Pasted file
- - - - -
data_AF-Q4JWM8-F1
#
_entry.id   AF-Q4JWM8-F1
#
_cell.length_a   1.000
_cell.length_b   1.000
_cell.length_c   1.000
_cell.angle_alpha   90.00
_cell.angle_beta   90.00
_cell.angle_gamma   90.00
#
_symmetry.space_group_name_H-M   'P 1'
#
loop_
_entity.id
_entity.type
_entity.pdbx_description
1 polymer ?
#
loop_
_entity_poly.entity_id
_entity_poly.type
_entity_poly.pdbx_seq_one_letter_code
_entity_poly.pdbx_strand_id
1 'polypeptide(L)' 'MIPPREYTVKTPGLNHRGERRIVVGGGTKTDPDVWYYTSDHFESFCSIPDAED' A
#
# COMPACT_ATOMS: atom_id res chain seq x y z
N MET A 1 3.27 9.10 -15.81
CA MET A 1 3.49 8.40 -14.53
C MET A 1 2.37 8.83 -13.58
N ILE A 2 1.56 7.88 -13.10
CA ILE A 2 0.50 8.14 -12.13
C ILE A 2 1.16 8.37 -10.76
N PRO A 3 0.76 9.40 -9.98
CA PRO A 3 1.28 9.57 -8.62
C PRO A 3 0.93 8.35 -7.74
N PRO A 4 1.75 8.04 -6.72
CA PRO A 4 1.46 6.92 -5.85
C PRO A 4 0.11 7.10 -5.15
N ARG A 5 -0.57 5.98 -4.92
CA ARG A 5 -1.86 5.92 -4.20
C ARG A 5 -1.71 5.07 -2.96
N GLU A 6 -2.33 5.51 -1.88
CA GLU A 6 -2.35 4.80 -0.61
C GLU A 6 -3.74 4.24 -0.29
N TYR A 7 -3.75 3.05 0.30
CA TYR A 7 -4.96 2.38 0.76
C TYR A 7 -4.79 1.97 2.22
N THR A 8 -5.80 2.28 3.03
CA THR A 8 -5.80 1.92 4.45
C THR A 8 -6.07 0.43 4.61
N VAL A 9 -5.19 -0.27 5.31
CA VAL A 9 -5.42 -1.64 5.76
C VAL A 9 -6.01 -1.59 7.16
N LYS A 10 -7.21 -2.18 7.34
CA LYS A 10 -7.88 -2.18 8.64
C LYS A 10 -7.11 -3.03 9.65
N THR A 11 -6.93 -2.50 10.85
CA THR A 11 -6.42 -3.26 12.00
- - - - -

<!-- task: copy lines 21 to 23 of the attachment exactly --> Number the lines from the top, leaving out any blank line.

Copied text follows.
_entity_poly.entity_id
_entity_poly.type
_entity_poly.pdbx_seq_one_letter_code